I grew heaps of beautiful chiogga beets this year, and they just keep coming in the CSA. I can’t bring myself to compost those healthy greens, so I blanch and freeze some of them for winter and use the rest as I can. While searching for a new and guest-worthy recipe, I can across this one for a turnip green tart. I used beet greens instead, rice milk instead of the heavy cream, and some parmesan instead of the gruyere (so, not the same recipe at all).
I also had a homemade pie crust waiting in the freezer, and decided to use that instead of making a new cornmeal crust. I was worried that the pastry crust would be too sweet, but my guests loved the buttery sweetness with the beet green flavor. It’s too hot in Philadelphia to turn your oven on today (98 degrees!) but you can always blanch and save your beet greens now and save them for later.
In partnership with Philly Homegrown, PHS created a beautiful pop-up garden in the formerly empty lot at 20th and Market. Just look at all the beauty next to those boring skyscrapers! You’re welcome to pop-in on Wednesdays and Thursdays and spend some time in the garden.
The garden will stay up until October, then come down for the winter and pop-up in a new location next Spring! I stopped by for a short workshop on vegetable growing. These Wednesday workshops are free and easy to squeeze in over your lunch hour:
• August 4: Gardening Odds and Ends — Fabulous Containers
• September 1: Edible Landscapes — Growing Beautiful Food
• September 22: Edible Landscape — Planting and Harvesting
After the workshop I popped over to Square 1682 with some fellow food writers. Along with five other local hot spots – R2L, , Table 31, Sampan, Barbuzzo, and Paradiso — Square 1682 has agreed to use ingredients from the pop-up garden in special dishes whose proceeds benefit City Harvest, PHS’s program that provides fresh produce for underserved Philadelphia residents. Pictured above is petite salad with little gem lettuce, pickled vegetables, and a honey lemon dressing.
But this is the dish that melted my heart: Pesto Marinated Burrata with yellow pickled beets, endive, frisee, dried apricots and cranberries, and a sherry vinaigrette. I’d love to visit again some day and try their famous vegetable tasting menu!
This salad has been rocking my world. I’m not really a big broccoli fan, so I’m always looking for new ways to enjoy the large and lovely crowns that appear in my CSA box. The above salad is from Super Natural Everyday (I know, I know, just buy it already) with a few variations. I didn’t have fingerling potatoes, but I had plenty of new red potatoes, so used those. And I didn’t have the fresh tarragon the gribiche recipe called for, so I used dried, plus marjoram and some fresh parsley. Roasted vegetables + boiled eggs + sauce that includes mustard and capers? You see why I’m in heaven. I made a similar version for a 4th of July BBQ last weekend, and it was a big hit. I had a box of grape tomatoes, so I threw those in the roasting pan, as well, and used fresh dill in the sauce. There are as many gribiche recipes as there are chefs in the world, so experiment a little (or use what you have in your kitchen!) and enjoy it over some roasted vegetables. And do NOT forget the large grain sea salt – the perfect kick. The recipe below is one I’ve posted before. I LOVE LOVE LOVE cornichons, so if you have some of those, definitely throw them in!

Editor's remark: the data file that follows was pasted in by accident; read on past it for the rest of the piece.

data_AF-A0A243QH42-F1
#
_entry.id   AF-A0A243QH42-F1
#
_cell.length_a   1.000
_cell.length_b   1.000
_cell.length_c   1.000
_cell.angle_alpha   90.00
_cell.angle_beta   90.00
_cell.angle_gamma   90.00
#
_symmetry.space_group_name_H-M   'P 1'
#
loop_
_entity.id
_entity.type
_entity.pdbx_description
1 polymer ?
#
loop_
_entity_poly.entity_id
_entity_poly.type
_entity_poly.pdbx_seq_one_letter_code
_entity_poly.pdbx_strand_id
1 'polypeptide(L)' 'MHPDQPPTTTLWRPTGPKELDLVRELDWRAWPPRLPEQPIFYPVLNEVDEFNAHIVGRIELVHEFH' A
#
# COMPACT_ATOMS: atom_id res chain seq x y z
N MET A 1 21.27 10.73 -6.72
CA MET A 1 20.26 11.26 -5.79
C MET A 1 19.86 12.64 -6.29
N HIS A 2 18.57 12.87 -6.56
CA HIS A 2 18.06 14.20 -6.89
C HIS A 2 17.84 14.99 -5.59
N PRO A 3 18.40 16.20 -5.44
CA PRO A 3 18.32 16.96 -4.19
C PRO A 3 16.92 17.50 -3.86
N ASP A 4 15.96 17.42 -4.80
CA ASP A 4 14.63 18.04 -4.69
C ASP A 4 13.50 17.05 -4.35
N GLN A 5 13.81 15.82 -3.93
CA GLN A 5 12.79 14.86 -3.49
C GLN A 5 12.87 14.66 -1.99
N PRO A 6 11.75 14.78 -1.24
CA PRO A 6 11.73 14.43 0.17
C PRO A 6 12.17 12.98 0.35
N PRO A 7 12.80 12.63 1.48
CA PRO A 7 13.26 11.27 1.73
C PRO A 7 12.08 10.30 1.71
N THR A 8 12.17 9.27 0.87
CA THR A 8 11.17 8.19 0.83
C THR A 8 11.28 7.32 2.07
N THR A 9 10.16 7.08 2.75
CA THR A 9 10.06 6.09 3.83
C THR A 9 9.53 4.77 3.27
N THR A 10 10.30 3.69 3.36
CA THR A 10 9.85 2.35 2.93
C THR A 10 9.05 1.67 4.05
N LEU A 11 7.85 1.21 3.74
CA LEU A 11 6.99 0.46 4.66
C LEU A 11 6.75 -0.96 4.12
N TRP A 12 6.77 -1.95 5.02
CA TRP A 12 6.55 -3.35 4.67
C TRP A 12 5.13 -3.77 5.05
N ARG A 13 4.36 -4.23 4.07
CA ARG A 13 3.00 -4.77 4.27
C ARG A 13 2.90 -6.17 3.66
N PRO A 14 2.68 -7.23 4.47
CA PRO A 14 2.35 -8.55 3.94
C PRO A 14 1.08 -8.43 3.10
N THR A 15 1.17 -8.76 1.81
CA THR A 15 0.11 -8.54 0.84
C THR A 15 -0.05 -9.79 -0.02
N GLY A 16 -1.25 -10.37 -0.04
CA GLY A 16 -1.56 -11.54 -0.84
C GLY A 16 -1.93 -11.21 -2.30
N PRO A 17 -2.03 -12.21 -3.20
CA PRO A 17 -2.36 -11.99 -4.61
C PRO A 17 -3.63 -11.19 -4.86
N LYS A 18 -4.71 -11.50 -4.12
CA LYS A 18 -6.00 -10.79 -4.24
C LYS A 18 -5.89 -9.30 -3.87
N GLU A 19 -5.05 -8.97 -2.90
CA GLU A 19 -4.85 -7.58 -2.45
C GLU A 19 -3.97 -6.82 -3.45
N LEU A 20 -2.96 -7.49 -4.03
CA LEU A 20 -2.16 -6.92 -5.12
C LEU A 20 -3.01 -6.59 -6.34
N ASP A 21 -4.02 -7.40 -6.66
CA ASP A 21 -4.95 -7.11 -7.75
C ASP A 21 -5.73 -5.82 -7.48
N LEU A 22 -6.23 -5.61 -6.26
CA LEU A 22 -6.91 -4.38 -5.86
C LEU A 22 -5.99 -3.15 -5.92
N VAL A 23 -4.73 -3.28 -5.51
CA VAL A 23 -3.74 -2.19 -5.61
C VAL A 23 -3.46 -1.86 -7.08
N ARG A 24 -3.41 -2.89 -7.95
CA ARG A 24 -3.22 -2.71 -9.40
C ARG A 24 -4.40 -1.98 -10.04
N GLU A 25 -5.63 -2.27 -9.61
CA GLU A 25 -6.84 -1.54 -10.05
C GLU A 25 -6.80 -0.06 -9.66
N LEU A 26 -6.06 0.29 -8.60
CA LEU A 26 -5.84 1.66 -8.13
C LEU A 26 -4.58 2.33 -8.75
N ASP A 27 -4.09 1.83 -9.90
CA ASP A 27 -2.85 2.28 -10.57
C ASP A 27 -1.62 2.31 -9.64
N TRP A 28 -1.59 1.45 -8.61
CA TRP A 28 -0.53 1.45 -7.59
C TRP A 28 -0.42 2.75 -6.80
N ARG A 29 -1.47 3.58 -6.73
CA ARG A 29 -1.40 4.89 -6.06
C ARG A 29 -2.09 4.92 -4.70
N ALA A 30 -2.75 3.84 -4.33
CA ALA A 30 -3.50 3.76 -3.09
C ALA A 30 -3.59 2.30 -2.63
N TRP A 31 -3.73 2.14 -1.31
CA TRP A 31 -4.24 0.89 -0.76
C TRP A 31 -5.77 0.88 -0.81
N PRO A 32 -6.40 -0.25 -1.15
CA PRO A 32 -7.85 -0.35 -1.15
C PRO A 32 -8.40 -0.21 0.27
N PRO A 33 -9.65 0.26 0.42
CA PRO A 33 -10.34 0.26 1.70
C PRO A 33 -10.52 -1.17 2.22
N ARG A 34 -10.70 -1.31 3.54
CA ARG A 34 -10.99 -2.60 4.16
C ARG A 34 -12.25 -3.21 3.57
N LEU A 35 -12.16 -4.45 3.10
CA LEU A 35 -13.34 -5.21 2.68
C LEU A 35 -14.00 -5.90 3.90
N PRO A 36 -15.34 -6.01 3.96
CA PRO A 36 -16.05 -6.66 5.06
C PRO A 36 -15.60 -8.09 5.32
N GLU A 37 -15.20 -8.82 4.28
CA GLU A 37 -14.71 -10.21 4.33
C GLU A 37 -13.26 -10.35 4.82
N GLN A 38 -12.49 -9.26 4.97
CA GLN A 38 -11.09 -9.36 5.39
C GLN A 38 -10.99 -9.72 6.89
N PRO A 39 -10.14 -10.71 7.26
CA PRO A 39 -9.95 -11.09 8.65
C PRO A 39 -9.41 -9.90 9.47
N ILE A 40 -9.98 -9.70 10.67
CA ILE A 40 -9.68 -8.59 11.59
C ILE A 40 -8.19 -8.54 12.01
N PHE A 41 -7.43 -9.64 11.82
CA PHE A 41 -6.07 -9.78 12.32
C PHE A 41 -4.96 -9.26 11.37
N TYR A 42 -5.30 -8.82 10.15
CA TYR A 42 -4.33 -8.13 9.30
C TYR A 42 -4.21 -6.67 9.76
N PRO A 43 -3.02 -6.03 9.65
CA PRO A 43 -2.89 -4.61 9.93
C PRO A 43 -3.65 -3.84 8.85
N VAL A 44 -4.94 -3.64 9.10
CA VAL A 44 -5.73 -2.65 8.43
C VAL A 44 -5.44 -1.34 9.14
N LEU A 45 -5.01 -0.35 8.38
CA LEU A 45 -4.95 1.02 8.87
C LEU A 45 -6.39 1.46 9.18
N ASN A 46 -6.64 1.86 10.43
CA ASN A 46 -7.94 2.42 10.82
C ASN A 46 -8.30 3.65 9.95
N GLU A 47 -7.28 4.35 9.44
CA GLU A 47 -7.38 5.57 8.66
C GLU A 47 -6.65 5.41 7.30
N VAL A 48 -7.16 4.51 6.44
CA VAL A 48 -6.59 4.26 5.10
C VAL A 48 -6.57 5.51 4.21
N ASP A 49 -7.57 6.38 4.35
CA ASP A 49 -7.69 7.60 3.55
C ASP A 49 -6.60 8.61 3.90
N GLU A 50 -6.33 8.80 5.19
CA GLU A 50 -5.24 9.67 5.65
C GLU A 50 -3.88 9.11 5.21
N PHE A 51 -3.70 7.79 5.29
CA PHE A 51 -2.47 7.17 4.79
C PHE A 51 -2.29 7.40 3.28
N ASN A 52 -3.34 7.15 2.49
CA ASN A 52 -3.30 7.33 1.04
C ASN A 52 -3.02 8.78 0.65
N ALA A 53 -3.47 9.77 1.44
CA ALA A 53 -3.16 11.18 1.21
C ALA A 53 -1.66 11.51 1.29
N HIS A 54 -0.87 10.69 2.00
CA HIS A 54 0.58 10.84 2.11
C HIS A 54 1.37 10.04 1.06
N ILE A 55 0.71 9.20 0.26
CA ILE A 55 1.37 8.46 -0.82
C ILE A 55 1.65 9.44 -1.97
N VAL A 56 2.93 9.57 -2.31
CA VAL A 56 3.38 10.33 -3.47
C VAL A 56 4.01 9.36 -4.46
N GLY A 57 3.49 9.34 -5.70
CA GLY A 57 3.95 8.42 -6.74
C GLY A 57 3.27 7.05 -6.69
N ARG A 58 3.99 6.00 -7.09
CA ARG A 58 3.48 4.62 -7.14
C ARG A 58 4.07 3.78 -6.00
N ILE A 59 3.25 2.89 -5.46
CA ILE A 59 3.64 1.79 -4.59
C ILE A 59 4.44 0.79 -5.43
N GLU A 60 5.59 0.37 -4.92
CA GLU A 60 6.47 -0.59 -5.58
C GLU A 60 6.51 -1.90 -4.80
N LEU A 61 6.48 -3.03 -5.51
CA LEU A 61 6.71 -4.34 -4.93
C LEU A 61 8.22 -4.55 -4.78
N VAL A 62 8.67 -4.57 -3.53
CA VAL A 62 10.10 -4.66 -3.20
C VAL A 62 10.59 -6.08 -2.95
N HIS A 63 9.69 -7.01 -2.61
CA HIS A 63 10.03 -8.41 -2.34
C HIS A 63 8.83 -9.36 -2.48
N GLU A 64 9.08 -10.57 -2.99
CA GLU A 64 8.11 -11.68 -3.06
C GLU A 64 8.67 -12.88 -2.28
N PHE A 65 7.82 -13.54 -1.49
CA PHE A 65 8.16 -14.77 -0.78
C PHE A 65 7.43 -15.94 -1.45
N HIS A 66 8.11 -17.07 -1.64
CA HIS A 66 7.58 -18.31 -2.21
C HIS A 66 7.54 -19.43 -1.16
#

serves 2, generously
1 large egg
1 medium shallot, finely chopped
2 Tbsp. lemon juice, or to taste
2 Tbsp. finely chopped herbs (parsley, dill, chives, etc.)
Finely grated zest of ½ lemon
1.5 Tbsp. capers, rinsed and finely chopped
4 cornichons, finely chopped
3 Tbs. olive oil
Salt, to taste
Soft boil the egg (so the yolk is just set) – about 5 minutes. Meanwhile, combine the shallot and the lemon juice in a small bowl, and let macerate. Combine the herbs, lemon zest, capers, cornichons, olive oil and salt in a small bowl, whisking well. Peel the boiled egg, dicing finely, and add to the sauce. Add the lemon juice and shallots, quickly whisking to combine. Taste, and add lemon juice or salt, as needed.
In addition to the full share CSA from Lancaster Farm Fresh that I share with my housemate, I have two 8X4 raised beds that I constructed in the abandoned yard next to my house. This year I really got on the early planting, and this early attention has yielded great early summer crops. I thought I’d share a few photos with you:
I grew heirloom Lincoln Peas from Landreth seeds – so sweet!
It’s not secret that I love beets. These beautiful heirlooms grew gorgeous, with very sweet greens.
I broke up two heads of organic garlic late last fall and planted the individual cloves before the ground froze. By summer solstice, I had these gorgeous heads of new garlic, which I braided and hung in my pantry.